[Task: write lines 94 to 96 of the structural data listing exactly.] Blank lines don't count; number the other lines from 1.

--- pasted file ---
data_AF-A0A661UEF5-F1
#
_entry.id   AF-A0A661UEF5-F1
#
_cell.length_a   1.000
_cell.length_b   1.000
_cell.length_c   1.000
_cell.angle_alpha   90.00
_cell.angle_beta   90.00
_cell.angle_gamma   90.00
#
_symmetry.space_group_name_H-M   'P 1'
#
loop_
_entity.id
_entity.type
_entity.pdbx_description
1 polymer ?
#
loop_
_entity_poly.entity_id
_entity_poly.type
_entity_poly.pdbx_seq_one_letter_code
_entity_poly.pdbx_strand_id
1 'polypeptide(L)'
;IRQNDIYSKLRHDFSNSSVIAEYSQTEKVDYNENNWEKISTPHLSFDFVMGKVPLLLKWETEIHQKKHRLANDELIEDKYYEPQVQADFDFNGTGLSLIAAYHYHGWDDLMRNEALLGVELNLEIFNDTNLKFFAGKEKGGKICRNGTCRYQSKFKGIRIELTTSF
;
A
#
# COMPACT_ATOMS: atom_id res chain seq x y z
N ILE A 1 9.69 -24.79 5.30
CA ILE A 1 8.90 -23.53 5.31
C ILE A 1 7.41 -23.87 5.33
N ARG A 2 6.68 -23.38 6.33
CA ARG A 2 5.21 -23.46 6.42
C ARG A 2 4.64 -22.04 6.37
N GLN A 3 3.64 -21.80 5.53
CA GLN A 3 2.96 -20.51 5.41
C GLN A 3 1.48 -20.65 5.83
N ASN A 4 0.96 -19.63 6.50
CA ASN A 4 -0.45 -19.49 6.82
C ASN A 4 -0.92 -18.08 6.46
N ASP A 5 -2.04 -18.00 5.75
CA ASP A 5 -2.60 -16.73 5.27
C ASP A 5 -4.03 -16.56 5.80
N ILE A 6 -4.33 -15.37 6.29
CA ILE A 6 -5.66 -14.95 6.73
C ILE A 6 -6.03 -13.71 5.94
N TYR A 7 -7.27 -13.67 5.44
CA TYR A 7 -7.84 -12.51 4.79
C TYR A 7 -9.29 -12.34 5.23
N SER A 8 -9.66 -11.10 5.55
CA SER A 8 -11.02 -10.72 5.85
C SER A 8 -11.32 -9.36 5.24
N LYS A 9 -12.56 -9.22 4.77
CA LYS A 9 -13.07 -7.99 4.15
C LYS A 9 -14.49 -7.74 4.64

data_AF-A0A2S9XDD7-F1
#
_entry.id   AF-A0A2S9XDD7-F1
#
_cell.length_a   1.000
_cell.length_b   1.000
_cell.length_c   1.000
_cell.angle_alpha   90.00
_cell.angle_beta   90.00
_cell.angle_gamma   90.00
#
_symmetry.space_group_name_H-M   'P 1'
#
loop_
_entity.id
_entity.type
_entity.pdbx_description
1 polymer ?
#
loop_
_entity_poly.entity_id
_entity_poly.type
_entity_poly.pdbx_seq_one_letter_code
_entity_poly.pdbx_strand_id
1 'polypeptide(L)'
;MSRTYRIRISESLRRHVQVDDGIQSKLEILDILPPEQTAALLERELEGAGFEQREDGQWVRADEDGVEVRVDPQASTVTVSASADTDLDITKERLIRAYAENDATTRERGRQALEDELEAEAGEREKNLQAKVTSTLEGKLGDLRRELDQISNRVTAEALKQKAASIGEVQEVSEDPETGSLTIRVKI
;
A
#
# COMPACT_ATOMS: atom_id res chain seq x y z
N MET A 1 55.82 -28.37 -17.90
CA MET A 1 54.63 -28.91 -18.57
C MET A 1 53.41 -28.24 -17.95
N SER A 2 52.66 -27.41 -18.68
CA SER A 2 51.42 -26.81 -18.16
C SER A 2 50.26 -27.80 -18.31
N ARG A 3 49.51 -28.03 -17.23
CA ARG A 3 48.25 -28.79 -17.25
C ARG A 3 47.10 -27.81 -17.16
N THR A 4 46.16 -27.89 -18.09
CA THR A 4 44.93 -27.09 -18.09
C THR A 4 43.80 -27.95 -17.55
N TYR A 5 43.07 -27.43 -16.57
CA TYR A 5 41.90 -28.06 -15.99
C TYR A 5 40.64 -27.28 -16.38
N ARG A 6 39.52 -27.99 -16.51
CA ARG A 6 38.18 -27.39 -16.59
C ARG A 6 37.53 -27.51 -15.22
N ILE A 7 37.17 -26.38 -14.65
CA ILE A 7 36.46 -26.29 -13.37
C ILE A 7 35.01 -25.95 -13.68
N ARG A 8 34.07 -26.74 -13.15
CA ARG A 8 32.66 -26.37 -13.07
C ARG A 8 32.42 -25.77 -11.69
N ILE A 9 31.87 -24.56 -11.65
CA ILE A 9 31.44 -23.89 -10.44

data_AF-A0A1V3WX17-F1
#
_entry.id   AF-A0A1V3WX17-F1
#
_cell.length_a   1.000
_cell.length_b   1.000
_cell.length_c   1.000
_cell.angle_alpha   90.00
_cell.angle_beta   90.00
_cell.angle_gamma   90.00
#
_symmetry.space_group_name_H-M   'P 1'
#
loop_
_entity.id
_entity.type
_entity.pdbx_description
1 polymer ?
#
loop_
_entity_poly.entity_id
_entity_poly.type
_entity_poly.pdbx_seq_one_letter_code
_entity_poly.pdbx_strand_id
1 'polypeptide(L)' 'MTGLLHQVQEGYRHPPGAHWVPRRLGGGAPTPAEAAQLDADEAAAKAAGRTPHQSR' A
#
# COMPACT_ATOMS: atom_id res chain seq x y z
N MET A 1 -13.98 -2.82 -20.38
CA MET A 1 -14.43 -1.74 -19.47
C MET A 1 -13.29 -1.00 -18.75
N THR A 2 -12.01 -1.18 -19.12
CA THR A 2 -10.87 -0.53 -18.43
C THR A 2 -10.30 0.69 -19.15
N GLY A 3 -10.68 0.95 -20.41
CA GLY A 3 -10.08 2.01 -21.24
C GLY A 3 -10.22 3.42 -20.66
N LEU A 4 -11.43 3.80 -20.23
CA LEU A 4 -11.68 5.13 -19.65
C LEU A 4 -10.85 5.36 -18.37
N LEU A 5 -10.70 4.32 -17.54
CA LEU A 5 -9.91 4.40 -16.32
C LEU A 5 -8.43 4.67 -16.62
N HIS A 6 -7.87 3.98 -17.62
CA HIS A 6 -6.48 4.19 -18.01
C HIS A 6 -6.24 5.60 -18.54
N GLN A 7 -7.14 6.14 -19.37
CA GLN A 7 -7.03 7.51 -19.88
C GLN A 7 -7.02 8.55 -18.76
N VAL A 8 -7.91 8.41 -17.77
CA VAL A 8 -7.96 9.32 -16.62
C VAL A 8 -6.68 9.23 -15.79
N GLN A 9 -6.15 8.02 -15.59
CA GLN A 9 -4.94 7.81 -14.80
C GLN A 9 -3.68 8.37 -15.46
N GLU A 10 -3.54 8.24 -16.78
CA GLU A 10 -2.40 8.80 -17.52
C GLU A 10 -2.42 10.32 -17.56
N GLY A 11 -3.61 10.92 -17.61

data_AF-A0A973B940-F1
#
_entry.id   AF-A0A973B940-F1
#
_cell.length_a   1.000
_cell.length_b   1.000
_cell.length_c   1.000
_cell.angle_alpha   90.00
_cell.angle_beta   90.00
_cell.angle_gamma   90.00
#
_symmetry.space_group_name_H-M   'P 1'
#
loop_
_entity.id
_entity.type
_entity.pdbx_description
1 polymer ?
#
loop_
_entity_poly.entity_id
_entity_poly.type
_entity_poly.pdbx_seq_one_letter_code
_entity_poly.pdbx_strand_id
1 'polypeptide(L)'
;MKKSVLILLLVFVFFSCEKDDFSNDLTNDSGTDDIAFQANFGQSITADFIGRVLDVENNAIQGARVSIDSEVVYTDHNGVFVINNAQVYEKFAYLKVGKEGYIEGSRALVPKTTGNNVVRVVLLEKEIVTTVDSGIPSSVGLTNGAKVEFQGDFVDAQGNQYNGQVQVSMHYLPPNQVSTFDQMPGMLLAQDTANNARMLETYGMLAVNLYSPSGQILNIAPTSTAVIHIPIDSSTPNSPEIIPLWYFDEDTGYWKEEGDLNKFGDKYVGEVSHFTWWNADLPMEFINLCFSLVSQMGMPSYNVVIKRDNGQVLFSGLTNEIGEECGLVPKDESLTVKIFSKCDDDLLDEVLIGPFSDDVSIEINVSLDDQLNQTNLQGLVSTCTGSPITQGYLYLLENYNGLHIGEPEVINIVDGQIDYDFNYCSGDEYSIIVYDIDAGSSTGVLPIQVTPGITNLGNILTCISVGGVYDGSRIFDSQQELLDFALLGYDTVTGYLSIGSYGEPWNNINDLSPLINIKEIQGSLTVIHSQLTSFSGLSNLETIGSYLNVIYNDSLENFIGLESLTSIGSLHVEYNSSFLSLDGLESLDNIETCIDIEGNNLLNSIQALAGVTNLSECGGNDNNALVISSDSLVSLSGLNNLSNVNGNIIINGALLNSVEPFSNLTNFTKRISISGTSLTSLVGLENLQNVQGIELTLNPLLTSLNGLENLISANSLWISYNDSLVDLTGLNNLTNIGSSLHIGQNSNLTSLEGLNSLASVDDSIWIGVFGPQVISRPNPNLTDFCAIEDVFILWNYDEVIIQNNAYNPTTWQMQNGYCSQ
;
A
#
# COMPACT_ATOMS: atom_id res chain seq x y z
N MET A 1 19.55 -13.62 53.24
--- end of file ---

N ARG A 3 49.51 -28.03 -17.23
CA ARG A 3 48.25 -28.79 -17.25
C ARG A 3 47.10 -27.81 -17.16